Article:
Elliot’s letter lambasted Facebook for “failing marketers,” and not giving them their money’s worth in ads, despite having access to “the largest audience in media history.” The criticism was based on Forrester research which surveyed nearly 400 marketers across the US, UK and Canada and found that Facebook marketing provided the least business value for them.
Here are the results from the survey:
Elliot said marketers felt this way because Facebook, while great at providing an audience, simply wasn’t effective at engaging them.
Your sales materials tease marketers with the promise that you’ll help them create such connections. But in reality, you rarely do. Everyone who clicks the like button on a brand’s Facebook page volunteers to receive that brand’s messages — but on average, you only show each brand’s posts to 16% of its fans. And while your company upgrades its advertising tools and offerings monthly or more, you’ve done little in the past 18 months to improve your unloved branded page format or the tools that marketers use to manage and measure those pages.
Elliot went on to challenge the value of static display advertising on Facebook as well:
We estimate your site now delivers tens of billions of display ads every day. But fewer than 15% of those ads leverage your ever-growing cache of social data to target relevant audiences. And your site’s static-image ad units offer marketers less impact per impression than they could achieve with the ad units other sites offer. The result? The executives we surveyed said Facebook’s display ads were significantly less effective than the display ads they buy elsewhere online.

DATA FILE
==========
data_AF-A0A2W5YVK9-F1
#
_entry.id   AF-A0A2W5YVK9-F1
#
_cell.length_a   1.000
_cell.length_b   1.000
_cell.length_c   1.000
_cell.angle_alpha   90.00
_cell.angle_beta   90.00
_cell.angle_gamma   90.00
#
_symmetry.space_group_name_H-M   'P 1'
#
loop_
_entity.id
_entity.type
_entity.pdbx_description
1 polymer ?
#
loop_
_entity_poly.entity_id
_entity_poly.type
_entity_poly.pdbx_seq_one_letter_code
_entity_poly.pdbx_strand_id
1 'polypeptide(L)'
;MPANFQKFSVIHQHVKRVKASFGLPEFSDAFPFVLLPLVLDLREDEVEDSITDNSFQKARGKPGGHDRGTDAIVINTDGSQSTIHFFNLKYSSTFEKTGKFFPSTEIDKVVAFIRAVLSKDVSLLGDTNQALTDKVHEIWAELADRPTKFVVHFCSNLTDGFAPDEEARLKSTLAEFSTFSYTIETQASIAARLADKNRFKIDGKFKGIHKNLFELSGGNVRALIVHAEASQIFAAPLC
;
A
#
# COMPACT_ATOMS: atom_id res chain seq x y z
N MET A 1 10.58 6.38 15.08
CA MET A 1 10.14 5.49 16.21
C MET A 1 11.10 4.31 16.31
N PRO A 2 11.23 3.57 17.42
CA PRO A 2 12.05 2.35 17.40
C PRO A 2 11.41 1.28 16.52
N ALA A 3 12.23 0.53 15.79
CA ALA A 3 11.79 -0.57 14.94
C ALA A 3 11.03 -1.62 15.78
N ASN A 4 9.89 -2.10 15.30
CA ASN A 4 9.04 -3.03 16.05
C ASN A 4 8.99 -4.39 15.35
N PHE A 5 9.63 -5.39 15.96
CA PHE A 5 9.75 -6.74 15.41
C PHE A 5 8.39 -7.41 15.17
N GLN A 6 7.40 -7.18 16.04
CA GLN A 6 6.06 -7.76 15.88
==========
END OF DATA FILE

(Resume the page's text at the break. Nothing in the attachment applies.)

So marketers are having a hard time figuring out how to make Facebook work for them, but is that the fault of the marketers or the platform? Turns out, the problem is across all social media. Brands have a presence on most of the big platforms, Twitter, Facebook, LinkedIn and Google +, but they’re all at the bottom of the chart when it comes to providing business value. Just because that’s where the people are, doesn’t mean that’s where the advertising spend needs to be.
In a recent interview with The Hub, Jeff Dachis, CEO of the social analytics firm Dachis Group emphasized that advertising in social media doesn’t work simply because it’s primarily a place where people communicate with each other, instead of consuming content. “You wouldn’t place an ad in the middle of a telephone call, so why do you think it is going to be effective in the middle of social media?” said Dachis. Maybe the answer to greater return on investment is to invest less, spending more time on cheaper, more effective tactics such as building engagement and having conversations with a few influential users rather than broadcasting to a wide audience.
Having said that, it is up to Facebook to help marketers by creating better engagement tools, and to an extent, it has, by rolling out analytics updates to the above criticized brand pages and laying out guidelines for how posts can show up better in newsfeeds. It’s up to marketers now to figure out what the best combination is to at least build a strong, well-liked brand presence, if not monetary ROI.